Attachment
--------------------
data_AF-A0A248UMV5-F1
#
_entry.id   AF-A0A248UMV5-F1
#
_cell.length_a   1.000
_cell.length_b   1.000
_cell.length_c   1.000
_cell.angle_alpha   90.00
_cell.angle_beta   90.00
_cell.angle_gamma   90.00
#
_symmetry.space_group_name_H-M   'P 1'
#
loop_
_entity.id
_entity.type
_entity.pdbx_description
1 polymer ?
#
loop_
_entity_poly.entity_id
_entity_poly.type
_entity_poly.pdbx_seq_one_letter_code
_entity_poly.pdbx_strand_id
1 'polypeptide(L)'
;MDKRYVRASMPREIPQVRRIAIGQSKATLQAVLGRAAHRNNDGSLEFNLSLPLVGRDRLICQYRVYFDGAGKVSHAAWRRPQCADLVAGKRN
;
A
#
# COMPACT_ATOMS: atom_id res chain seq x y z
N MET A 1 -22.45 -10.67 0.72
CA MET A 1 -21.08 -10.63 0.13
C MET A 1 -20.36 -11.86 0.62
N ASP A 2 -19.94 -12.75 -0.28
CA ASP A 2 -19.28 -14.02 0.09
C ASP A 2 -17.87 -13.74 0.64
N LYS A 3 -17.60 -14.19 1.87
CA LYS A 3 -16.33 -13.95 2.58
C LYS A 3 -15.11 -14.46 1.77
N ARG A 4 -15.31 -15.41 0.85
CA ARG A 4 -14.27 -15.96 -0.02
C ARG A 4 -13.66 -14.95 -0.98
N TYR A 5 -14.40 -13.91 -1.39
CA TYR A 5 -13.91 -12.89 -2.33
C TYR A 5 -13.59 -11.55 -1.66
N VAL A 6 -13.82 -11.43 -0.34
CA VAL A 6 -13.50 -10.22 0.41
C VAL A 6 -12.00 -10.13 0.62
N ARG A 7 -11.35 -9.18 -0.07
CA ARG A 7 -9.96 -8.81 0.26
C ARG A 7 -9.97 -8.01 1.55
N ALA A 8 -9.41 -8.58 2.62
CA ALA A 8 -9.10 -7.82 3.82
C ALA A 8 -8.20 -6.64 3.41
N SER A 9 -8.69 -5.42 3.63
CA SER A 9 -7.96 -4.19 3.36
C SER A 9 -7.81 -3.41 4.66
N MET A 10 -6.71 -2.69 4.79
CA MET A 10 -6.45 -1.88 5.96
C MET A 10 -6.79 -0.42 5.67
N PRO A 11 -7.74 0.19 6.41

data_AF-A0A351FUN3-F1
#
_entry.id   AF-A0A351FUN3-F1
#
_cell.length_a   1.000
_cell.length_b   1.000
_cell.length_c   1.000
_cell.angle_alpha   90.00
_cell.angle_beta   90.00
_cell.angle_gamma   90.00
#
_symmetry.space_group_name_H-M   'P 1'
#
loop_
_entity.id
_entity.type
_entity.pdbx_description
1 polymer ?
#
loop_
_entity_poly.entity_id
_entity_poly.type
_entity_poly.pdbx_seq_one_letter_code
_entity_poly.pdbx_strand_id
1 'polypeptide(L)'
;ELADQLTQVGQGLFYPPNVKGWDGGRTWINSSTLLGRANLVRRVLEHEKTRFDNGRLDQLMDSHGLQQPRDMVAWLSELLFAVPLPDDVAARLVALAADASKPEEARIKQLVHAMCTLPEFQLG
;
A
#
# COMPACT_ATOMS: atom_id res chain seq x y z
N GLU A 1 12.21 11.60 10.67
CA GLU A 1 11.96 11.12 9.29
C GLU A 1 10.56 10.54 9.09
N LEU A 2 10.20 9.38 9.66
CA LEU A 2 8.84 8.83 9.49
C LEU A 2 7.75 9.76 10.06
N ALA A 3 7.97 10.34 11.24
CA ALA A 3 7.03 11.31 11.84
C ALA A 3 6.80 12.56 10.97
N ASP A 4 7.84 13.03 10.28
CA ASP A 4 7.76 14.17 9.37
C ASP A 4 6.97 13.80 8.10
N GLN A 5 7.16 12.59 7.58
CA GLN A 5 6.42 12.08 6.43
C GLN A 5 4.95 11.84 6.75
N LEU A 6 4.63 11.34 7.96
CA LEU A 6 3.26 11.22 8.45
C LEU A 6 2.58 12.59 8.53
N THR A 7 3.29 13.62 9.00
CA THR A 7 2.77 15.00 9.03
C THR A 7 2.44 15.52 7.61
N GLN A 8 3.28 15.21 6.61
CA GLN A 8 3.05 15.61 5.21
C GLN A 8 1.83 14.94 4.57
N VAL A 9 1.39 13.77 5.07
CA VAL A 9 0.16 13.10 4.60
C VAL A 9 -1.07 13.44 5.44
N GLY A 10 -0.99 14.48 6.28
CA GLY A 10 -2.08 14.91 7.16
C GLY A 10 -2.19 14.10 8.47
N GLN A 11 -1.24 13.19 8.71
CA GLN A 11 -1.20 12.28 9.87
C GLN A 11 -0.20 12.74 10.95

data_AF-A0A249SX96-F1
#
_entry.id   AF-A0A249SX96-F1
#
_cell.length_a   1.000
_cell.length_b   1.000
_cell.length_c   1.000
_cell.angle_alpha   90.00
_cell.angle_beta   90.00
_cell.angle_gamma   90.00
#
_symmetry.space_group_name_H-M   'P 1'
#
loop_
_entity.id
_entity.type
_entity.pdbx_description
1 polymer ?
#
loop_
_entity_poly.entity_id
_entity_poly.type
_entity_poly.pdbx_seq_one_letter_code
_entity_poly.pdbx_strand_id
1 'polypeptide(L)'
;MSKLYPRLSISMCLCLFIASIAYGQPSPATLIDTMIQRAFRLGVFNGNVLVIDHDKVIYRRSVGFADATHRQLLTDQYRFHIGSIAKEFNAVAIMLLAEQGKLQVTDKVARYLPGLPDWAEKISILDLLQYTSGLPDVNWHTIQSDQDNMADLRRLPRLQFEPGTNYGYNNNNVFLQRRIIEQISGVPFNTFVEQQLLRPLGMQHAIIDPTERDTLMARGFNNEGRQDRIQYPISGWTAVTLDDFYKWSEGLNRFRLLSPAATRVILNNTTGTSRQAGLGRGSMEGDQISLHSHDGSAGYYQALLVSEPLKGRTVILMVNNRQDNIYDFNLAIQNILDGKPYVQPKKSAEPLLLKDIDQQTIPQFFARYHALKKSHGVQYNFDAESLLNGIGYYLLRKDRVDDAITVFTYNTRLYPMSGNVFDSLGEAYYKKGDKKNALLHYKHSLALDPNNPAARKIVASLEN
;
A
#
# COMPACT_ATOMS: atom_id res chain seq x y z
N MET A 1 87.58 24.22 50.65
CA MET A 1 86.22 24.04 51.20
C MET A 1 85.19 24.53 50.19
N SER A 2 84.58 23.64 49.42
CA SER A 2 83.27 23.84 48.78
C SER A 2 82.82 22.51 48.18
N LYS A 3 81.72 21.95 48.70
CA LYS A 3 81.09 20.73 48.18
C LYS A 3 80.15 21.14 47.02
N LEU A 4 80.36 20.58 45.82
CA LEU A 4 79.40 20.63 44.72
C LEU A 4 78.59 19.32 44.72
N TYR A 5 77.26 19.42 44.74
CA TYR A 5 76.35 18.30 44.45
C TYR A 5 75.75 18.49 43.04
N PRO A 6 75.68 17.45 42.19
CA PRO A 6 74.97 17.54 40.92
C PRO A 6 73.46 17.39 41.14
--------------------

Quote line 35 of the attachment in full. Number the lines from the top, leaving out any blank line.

CA ASP A 2 -19.28 -14.02 0.09